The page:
Battlefield Heroes: the long road to profitability

When I posted debating F2P monetization back in August, it attracted quite a lot of attention. In the post, I argued that most F2P games cannot rely on purely aesthetic monetization features — not enough consumers are willing to pay for that alone.

Some folks were grateful for my post. Some folks were furious because they felt that I was advocating for the sale of items that “make a game less fair.” (I had done nothing of the sort, but it’s no surprise that the charge was leveled at me.) However you feel about it, here’s another proof point worth paying attention to. EA has been kind enough to share some details about the profitability of Battlefield Heroes before and after its development team resorted to selling items that impact gameplay.

I highly recommend reading this article, especially if you’re still convinced that Western gamers will reject “aggressively” monetized F2P games.

4 responses to “Battlefield Heroes: the long road to profitability

  1. Steven Witt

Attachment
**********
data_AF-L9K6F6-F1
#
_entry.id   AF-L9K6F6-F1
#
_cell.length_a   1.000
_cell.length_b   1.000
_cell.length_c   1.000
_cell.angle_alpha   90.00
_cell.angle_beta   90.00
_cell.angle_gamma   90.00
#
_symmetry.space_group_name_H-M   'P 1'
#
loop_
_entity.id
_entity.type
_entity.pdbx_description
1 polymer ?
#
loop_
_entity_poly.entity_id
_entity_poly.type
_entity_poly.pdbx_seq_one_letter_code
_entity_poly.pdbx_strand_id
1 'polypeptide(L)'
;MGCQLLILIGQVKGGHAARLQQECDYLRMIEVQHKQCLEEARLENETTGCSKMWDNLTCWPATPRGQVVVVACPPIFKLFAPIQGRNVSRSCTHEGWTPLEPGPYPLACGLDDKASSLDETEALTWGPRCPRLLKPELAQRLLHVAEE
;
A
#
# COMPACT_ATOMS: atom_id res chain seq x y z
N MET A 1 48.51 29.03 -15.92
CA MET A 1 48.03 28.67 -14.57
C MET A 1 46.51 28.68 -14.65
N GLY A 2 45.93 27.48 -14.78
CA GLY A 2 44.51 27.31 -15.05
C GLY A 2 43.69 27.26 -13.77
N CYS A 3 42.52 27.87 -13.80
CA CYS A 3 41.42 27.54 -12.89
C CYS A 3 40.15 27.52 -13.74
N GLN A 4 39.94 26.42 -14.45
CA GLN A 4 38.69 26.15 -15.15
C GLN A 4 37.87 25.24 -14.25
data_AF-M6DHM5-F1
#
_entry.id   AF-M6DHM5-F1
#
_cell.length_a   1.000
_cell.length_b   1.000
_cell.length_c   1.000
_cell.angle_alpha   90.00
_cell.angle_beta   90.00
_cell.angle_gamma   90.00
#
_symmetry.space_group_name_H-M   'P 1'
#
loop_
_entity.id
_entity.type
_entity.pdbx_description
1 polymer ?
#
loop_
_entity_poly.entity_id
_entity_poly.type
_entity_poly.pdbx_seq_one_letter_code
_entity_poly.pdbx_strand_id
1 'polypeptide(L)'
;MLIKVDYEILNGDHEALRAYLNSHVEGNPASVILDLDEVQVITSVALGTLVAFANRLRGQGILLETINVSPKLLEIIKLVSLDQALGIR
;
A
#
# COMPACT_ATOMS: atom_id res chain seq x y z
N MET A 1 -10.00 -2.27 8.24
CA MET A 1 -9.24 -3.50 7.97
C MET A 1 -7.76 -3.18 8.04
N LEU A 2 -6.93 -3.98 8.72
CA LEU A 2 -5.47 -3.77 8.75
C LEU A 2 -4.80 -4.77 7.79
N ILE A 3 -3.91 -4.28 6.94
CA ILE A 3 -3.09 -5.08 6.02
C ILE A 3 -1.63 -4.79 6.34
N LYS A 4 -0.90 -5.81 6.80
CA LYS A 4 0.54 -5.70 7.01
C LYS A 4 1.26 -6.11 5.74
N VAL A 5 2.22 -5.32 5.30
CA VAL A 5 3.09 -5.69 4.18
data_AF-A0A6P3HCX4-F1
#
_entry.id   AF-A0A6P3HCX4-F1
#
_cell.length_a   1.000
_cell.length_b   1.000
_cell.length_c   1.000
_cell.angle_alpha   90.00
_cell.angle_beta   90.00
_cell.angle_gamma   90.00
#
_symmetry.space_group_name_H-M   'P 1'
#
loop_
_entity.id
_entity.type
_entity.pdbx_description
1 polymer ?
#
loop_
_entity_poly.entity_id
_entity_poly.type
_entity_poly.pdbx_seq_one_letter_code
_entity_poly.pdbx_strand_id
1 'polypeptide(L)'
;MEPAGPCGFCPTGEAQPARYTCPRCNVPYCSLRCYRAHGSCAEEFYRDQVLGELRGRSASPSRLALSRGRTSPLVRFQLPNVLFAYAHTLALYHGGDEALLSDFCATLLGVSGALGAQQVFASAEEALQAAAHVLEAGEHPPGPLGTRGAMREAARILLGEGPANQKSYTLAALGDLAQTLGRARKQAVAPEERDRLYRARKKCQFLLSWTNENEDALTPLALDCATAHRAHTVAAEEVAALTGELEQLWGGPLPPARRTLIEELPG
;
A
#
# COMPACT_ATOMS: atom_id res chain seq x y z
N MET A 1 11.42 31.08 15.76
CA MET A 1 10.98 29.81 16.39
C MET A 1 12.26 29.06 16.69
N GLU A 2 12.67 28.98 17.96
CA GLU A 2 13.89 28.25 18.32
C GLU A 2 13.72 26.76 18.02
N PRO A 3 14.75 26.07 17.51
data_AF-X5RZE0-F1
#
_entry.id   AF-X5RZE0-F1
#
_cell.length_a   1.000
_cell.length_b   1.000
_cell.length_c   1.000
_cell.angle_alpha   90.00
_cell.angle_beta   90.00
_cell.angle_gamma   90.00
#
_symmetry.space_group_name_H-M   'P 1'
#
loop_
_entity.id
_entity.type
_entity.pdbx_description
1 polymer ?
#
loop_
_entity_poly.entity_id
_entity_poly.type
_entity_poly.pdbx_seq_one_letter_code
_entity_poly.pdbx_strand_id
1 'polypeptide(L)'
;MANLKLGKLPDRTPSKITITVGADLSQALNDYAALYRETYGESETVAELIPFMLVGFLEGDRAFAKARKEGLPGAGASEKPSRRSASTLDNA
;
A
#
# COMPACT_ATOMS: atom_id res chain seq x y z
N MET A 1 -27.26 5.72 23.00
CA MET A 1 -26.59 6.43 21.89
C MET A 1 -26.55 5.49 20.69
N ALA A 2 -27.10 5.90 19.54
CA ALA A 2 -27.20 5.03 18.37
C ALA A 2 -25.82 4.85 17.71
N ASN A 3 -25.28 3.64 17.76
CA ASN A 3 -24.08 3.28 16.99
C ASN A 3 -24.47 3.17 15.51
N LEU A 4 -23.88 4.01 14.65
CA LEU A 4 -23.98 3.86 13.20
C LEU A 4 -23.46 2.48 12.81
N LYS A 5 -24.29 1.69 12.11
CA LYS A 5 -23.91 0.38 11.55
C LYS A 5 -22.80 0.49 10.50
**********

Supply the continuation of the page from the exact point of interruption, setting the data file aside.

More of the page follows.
David: Can you update the first link? It points to a preview draft.

  2. Doh! Thanks for pointing that out, SW. Link updated.

  3. Are you familiar with Runescape? It has a massive f2p part but the game makes money off the membership subscriptions.

    I also played Maplestory and many of their items for sale are purely cosmetic like clothes, accessories and other items that changed the look and animations of your avatar. They also have “unfair” items but the cosmetic ones sell really, really well. When used to play it around half of all characters I saw playing had premium cosmetic items.

    Players are the type that were attracted to the game by its cute design so it makes sense that they would be willing to pay to make it even cuter. 🙂

  4. I play Battlefield Heroes its a awesome game! I have spent money on it….

    I don’t think its a waste of time.

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